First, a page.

Stories from the Stringam Family Ranches of Southern Alberta

From the 50s and 60s to today . . .



Friday, February 18, 2022

Heroes

The school massacre in Newtown Connecticut has been in the news again recently.

The stories are still branded in the memory.
Horrific tales of terror, panic and death.
And the agony that followed.
But out of those stories have risen tales of heroism and bravery unequalled anywhere in history.
The principal and school psychologist who lost their lives as they rushed toward danger when the first shots were heard.
The teachers who hid children in closets and cupboards and bathrooms and then kept them absolutely quiet and safe as terror stalked past.
And those who used their last shield, themselves, in a desperate and often futile bid to save the lives of the little children in their care.
They are true heroes.
In every sense of the word.
And I weep for them and their sacrifice.
It has gotten me thinking of the heroes in my life.
The men and women who have appeared, sometimes fleetingly, and had a profound and lasting influence.
My Mom, who taught me responsibility, caring for others and to always, always be kind.
My Dad, who taught me the value of integrity, hard work and a sense of humour.
My eldest brother who taught me generosity.
My next older brother, who taught me the joy of friendship.
My oldest sister, who showed me true patience.
My youngest sister, who is a constant example of focused energy and unfettered joy.
My youngest brother, who showed me that one must never quit. That by keeping on, great things are accomplished.
There were others.
Teachers who spent their entire lives . . . teaching.
Store owners who cared.
Neighbours who watched out for.
People who appeared only briefly and taught me wonderful, important things.
And, more recently, the men and women manning the front lines in our own war with Covid.
None of them have had to make the ultimate sacrifice on my behalf.
None of them will ever appear in a newspaper or on TV as a description of their heroism is proclaimed aloud.
But still, they are heroes.
And they need recognition.
So to those whose actions are so justifiably blazoned across news headlines and TV spots.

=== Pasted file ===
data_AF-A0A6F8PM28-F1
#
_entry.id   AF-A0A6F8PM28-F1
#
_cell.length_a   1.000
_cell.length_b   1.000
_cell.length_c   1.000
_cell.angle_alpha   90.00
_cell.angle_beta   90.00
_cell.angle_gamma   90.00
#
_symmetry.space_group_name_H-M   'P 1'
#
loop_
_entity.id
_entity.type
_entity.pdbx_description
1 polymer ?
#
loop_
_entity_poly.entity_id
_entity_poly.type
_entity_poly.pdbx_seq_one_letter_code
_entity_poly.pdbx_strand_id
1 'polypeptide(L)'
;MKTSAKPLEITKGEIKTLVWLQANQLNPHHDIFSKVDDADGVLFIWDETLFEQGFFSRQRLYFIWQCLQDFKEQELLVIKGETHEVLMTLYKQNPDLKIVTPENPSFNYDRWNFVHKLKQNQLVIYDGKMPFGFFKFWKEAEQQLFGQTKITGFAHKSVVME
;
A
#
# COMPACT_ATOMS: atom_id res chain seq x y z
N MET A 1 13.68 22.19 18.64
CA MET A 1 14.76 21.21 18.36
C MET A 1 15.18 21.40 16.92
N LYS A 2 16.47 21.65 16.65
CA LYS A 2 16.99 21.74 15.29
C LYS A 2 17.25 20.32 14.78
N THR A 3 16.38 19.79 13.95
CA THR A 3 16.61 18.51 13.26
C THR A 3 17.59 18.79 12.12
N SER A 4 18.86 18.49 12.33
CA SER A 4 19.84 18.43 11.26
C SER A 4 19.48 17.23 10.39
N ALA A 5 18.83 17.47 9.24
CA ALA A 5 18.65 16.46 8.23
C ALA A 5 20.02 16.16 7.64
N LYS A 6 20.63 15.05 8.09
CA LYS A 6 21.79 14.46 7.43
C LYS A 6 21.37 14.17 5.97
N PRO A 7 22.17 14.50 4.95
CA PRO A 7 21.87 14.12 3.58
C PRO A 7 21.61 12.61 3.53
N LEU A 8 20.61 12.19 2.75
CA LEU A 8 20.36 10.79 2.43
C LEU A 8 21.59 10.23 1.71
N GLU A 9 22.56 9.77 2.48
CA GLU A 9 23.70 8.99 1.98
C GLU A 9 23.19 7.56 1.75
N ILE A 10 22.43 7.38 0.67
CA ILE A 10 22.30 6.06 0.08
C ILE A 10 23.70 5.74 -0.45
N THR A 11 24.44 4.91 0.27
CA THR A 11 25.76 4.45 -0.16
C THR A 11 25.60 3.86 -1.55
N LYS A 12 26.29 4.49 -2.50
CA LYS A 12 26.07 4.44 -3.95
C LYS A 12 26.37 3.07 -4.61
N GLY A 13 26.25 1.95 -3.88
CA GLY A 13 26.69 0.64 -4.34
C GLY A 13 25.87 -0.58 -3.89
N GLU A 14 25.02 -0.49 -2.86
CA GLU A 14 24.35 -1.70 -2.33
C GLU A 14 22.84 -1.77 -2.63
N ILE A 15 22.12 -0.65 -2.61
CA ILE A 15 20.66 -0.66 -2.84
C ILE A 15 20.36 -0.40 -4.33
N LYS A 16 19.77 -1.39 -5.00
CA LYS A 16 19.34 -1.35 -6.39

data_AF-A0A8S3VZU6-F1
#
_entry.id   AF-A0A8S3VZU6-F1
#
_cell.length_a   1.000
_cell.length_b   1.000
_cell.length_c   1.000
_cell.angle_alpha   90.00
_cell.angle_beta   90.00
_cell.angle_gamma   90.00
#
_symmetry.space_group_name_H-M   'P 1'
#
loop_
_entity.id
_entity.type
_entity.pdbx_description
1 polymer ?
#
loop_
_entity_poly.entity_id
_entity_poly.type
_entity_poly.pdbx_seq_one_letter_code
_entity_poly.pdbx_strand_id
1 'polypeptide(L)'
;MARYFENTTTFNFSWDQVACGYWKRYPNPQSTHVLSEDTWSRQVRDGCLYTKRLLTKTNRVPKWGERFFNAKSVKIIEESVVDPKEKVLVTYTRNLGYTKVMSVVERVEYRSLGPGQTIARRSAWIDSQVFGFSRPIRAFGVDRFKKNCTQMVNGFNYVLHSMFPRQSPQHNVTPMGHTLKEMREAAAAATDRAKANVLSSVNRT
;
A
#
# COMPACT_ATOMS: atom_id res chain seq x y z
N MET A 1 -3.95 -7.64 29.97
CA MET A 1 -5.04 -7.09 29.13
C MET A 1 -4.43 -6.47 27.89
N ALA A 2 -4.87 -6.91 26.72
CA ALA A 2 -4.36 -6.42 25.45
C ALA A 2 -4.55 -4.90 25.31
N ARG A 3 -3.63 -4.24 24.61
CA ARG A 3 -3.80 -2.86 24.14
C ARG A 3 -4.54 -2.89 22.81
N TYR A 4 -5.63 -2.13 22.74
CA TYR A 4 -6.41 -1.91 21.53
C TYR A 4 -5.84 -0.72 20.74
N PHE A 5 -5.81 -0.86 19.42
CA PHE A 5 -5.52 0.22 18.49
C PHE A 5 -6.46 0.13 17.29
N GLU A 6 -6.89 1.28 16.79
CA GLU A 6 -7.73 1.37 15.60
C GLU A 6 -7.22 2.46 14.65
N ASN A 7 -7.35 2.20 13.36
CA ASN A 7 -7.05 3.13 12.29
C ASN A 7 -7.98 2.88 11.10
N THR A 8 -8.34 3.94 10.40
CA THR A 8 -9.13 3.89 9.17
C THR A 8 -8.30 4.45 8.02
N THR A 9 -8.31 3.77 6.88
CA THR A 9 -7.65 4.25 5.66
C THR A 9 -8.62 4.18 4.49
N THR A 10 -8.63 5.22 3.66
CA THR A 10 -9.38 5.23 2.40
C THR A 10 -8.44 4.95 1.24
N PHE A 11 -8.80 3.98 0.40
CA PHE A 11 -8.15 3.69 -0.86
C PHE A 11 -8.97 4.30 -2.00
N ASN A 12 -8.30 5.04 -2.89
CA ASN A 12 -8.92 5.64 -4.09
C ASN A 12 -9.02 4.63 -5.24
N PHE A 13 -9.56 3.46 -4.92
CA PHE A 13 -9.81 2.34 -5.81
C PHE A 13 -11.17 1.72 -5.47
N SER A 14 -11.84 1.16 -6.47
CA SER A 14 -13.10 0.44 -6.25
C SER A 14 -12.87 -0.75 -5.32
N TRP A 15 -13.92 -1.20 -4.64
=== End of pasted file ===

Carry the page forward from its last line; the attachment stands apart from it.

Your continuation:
And those whose quiet contribution is not as noticeable or dramatic.
I am offering a prayer of gratitude today.
Thank you.
All of you.

Thursday, February 17, 2022

Writing Better-ly

A guest post by Diane’s chief proof-reader and editor: Anonymous Husby-Figure

As all of you out there in blog-land know by now, my Beloved Diane likes to write. I for one think that she does it very well.  But – horrors! – sometimes she makes a mistake.
Some time ago, she appointed me to be her proof-reader/editor/fixer-upper by insisting that, although she really does proof-read her columns before she posts them, sometimes typos and grammos just slip in there and hide. 
“Grammo” is the pet word I concocted for her very infrequent “grammatical” errors.
 Over the months, the most frequent of her infrequent grammos was the use of the wrong form of “its” or “it’s” as in: “Its simply not acceptable if it’s apostrophe is missing when its really needed  or present when its not.”  
So to speak.
So I do try to catch Diane’s  typos and grammos, because I do believe it makes for a better read not to have them in there, and I believe that it shows respect to you, her readers.
I do not claim to be a perfect writer, but I did learn early while chasing an elusive education the importance of being word-perfect.  So if you will indulge me, I will do as my Beloved does so well and regale you with the story of where my typo-grammo mania came from.